Arm-domain interactions can provide high binding cooperativity

Robert Schleif, Cynthia Wolberger

Research output: Contribution to journalArticlepeer-review

7 Scopus citations


Peptidyl arms extending from one protein domain to another protein domain mediate many important interactions in biology. A well-studied example of this type of protein-protein interaction occurs between the yeast homeodomain proteins, MAT α2 and MAT a1, which form a high-affinity heterodimer on DNA. The carboxyl-terminal arm extending from MAT α2 to MAT a1 has been proposed to produce an allosteric conformational change in the al protein that generates a very large increase in the DNA binding affinity of al. Although early studies lent some support to this model, a more recent crystal structure determination of the free a1 protein argues against any allosteric change. This note presents a thermodynamic argument that accounts for the proteins' binding behavior, so that allosteric conformational changes are not required to explain the large affinity increase. The analysis presented here should be useful in analyzing binding behavior in other systems involving arm interactions.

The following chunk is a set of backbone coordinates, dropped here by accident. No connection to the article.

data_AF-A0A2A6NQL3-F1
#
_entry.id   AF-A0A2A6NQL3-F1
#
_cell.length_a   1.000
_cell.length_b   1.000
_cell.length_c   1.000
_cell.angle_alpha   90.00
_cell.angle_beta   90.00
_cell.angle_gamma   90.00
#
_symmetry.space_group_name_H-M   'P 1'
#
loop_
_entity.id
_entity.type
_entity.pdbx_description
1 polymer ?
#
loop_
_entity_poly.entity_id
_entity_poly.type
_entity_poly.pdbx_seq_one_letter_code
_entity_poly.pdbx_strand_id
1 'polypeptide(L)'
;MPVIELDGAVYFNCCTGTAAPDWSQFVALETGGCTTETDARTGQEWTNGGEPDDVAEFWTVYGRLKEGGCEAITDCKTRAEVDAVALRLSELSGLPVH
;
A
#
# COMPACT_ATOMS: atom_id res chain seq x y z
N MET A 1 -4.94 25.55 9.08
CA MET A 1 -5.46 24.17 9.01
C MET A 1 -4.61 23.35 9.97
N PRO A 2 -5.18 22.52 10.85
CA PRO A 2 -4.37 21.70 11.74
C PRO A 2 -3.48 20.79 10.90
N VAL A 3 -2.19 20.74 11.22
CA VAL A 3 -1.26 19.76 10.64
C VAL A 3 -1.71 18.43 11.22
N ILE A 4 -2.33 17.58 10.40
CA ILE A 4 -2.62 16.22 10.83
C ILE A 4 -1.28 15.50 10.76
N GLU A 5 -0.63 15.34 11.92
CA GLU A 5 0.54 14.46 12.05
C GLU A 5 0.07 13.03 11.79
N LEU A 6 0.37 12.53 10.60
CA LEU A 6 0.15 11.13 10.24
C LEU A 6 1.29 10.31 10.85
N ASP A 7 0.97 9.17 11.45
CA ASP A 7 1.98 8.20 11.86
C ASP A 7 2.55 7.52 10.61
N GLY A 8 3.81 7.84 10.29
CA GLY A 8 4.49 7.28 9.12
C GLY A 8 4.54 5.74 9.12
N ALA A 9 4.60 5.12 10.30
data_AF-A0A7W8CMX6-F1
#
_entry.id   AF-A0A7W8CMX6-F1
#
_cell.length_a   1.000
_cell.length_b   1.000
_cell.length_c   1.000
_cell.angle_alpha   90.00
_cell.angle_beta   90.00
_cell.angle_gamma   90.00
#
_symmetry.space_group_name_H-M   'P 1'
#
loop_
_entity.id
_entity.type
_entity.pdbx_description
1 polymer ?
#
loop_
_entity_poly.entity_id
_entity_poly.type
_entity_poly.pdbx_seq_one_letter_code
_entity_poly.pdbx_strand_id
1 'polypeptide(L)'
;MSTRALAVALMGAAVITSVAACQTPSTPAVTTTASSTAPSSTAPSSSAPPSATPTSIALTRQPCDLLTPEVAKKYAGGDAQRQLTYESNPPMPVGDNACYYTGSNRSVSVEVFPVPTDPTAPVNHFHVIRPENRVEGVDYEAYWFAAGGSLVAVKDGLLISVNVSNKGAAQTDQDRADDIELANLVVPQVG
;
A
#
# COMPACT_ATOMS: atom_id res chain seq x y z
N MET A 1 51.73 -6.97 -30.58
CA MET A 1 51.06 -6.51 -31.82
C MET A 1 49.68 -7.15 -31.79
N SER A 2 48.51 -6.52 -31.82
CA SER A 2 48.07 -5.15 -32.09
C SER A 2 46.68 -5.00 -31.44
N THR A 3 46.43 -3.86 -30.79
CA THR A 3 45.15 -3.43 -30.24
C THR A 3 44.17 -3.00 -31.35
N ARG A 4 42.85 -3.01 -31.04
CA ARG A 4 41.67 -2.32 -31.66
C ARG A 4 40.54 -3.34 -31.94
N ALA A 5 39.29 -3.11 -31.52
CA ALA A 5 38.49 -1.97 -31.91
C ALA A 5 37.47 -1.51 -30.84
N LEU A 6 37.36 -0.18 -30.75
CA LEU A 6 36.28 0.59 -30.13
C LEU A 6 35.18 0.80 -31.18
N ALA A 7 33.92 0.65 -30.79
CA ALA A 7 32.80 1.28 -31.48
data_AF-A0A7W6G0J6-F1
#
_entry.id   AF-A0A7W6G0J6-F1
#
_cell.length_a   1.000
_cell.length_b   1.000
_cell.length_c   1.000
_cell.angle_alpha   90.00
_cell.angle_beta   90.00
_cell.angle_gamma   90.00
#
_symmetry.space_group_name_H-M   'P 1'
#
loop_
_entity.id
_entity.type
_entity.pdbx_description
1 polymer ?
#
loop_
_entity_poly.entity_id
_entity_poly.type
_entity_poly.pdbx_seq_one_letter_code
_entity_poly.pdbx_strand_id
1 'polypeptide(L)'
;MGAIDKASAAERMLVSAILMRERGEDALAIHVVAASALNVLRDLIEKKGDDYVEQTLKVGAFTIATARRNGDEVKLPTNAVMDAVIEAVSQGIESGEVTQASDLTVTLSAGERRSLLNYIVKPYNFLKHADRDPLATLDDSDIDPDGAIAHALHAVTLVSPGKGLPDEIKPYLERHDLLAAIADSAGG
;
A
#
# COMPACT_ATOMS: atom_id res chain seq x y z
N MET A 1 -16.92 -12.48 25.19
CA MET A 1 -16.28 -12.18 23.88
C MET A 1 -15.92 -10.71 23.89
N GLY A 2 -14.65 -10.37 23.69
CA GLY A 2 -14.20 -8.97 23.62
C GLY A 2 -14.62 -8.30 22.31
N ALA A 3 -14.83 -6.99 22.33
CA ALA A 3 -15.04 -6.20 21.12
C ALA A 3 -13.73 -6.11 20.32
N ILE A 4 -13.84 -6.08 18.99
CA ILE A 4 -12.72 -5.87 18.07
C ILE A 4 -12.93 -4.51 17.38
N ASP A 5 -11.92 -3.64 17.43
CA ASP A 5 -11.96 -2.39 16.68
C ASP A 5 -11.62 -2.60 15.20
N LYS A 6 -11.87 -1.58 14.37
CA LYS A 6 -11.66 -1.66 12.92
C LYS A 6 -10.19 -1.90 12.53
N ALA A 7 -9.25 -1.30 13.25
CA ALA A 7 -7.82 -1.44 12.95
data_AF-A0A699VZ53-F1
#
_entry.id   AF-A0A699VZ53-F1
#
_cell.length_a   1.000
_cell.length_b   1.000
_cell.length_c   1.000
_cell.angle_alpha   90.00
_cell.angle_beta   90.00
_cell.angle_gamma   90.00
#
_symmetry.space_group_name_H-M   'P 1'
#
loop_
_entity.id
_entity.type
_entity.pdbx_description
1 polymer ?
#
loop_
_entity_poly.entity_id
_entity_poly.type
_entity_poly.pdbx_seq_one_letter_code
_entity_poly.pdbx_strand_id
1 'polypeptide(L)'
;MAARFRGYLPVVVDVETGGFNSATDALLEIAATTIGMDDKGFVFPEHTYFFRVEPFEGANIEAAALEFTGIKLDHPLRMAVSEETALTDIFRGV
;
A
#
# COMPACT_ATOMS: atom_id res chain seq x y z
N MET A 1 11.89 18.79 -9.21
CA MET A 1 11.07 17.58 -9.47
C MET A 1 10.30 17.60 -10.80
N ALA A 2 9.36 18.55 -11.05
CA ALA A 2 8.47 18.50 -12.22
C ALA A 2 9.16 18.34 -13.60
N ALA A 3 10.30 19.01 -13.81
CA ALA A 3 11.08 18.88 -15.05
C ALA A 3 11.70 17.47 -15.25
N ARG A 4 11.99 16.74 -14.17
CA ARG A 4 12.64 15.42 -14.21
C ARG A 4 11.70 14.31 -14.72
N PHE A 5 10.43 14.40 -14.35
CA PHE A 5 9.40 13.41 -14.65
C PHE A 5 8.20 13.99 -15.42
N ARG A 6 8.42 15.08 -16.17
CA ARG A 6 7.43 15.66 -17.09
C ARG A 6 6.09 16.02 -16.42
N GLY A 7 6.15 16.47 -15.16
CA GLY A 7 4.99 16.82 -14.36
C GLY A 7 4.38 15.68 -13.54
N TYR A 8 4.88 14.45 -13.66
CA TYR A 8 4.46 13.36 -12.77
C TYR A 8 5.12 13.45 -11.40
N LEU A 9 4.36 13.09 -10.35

Original languageEnglish (US)
Pages (from-to)2829-2831
Number of pages3
JournalProtein Science
Issue number10
StatePublished - Oct 2004


  • Allostery
  • Arm-domain
  • Binding cooperativity
  • Local concentration
  • Mating type
  • Peptidyl arm
  • Peptidyl tail
  • Protein interactions

ASJC Scopus subject areas

  • Biochemistry
  • Molecular Biology


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